Safety is a top priority on Valley Metro's light rail system, and that goes beyond just making sure that no one is injured while standing at the platform or riding the trains.  I recently had the opportunity to witness first-hand the tight coordination in the response to a medical situation on a train.

It was just another Wednesday night for a train operator on the eastern end of his run through Mesa when he got a notice that someone had pressed the emergency call button in one of his cars. "I wasn't able to hear him too clearly," the operator told me later. "I thought he said he wasn't able to breathe, so I called the OCC (Operations Control Center) to get clearance to check on him."

I was on the job that night at the OCC. My desk is sandwiched between the work areas of two important teams. On one end, there are the dispatchers who organize and deploy security teams.  On the other end, there are the line controllers.  Their job is to orchestrate the whole rail system and respond to any issue that may prevent the trains from running on time. I heard the operator of the train call in with his request to check on the passenger who had pressed the emergency call button, and the line controllers quickly gave him permission to do so.

The operator was able to locate the ailing man swiftly due to a video feed in his control cab.  "His voice was really low," he said. "I asked him if he needed medical attention, and he said yes."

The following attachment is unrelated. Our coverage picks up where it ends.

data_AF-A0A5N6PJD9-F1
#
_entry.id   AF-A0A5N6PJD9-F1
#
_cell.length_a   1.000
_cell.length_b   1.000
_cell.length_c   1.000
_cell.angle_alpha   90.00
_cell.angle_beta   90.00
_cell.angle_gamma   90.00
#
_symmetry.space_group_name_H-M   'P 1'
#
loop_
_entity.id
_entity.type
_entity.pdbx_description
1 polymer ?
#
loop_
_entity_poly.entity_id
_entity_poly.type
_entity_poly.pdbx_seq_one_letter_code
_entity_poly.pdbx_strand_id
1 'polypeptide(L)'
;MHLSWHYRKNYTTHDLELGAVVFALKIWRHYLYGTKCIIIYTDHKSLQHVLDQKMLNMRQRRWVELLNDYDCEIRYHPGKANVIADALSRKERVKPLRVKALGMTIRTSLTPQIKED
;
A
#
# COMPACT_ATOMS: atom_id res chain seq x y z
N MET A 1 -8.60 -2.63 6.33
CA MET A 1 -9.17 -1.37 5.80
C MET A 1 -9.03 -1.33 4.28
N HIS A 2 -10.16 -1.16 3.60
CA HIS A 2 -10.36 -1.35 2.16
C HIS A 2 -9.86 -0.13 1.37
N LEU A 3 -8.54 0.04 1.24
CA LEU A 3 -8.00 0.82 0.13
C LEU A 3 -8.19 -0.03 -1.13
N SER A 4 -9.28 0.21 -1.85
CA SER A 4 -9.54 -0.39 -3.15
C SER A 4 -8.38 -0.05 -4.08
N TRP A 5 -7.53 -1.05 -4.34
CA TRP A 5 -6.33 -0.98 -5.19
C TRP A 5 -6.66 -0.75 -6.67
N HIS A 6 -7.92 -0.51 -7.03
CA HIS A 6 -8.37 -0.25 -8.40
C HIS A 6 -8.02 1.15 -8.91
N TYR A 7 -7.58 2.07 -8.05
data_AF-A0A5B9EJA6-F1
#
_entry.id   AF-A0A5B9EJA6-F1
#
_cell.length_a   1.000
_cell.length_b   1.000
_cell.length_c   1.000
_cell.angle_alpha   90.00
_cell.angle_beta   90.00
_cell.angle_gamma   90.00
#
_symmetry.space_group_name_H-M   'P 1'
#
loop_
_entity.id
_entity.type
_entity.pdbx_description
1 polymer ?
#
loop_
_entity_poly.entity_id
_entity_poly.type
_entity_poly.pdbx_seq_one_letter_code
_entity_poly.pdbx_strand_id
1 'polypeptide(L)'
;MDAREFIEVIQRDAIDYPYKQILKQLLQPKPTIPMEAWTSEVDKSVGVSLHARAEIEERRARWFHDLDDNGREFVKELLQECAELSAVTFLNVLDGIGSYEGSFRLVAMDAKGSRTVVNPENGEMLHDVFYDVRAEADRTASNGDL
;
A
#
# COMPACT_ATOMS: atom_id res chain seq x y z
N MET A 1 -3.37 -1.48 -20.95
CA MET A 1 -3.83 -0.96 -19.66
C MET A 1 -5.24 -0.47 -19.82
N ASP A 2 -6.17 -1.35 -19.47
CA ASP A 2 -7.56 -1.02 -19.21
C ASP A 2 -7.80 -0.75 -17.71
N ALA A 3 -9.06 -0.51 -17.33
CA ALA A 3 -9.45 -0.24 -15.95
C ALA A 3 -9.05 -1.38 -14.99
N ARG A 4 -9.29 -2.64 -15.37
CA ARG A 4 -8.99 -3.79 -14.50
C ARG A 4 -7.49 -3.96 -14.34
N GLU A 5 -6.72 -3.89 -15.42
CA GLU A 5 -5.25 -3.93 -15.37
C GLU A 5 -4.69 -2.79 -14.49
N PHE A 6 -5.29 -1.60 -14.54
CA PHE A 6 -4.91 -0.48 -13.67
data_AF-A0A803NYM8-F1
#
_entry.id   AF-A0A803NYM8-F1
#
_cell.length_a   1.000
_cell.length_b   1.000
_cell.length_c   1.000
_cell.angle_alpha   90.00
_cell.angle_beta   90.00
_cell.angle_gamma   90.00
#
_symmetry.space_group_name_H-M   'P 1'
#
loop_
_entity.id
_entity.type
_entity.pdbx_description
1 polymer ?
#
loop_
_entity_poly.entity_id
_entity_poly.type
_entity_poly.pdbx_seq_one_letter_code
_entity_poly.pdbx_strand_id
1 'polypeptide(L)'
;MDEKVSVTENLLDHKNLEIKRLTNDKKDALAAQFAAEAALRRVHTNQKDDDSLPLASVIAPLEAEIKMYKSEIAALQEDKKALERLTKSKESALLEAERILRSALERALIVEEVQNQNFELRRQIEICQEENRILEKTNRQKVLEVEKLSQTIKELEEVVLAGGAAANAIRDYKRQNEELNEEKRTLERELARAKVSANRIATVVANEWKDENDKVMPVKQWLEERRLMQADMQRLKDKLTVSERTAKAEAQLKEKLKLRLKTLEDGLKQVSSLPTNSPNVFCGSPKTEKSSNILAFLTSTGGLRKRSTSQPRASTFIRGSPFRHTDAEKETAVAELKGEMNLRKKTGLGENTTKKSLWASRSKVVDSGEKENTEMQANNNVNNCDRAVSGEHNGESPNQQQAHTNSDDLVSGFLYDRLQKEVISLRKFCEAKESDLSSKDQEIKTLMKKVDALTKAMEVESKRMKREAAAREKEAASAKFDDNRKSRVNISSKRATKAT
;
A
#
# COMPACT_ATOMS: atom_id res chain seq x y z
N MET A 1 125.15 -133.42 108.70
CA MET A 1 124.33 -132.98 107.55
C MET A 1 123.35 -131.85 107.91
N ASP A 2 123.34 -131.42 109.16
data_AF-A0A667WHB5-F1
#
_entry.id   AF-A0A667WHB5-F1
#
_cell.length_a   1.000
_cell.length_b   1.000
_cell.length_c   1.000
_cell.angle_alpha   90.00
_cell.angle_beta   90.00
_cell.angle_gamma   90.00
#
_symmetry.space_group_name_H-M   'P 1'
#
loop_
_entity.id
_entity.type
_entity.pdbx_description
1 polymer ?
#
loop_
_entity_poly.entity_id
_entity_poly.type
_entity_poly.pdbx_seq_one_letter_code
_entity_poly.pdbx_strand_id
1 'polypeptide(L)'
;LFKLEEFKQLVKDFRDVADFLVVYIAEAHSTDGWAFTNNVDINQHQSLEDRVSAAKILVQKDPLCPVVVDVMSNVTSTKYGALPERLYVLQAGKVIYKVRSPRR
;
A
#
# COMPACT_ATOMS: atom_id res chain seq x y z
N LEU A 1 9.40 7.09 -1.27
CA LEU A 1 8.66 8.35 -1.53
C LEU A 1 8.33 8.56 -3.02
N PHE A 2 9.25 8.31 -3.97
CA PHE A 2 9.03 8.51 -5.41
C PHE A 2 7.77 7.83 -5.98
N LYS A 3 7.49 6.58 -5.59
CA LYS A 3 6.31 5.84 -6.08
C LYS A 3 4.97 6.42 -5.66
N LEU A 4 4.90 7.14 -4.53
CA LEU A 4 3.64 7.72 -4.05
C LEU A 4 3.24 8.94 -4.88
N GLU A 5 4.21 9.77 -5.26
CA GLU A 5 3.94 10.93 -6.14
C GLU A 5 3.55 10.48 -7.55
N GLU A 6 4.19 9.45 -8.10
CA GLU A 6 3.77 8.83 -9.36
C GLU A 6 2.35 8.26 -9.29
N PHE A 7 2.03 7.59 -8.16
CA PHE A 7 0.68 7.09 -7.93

The operator told the controllers the situation, and the controllers immediately responded. The Mesa Fire Department was notified, a Valley Metro rail supervisor was sent to get a first-hand look, and a security team was also dispatched.

Only five minutes had passed since the passenger pressed the emergency call button when the road supervisor arrived. The ailing man had exited the train at Mesa Dr/Main St under his own power.  The operator continued service in the next minute.  Security arrived soon after that, and just a few minutes later, the Mesa Fire Department arrived. Fire crews assessed the man's condition and arranged transport to a hospital. 

The whole event was over in just ten minutes. It was an impressive response to an emergency situation. The coordination between the train operator, line controllers, security staff and rail supervisor was tight and seamless. We hope our passenger is okay, and that the swift actions of everyone involved helped him in his time of need.

Alex Tsotsos
Rail Operations Communications Specialist
Writer, editor, musician, gamer, and former news professional. Frequently seen at Phoenix Rising matches and jogging around Gainey Ranch. May throw things in the presence of typos.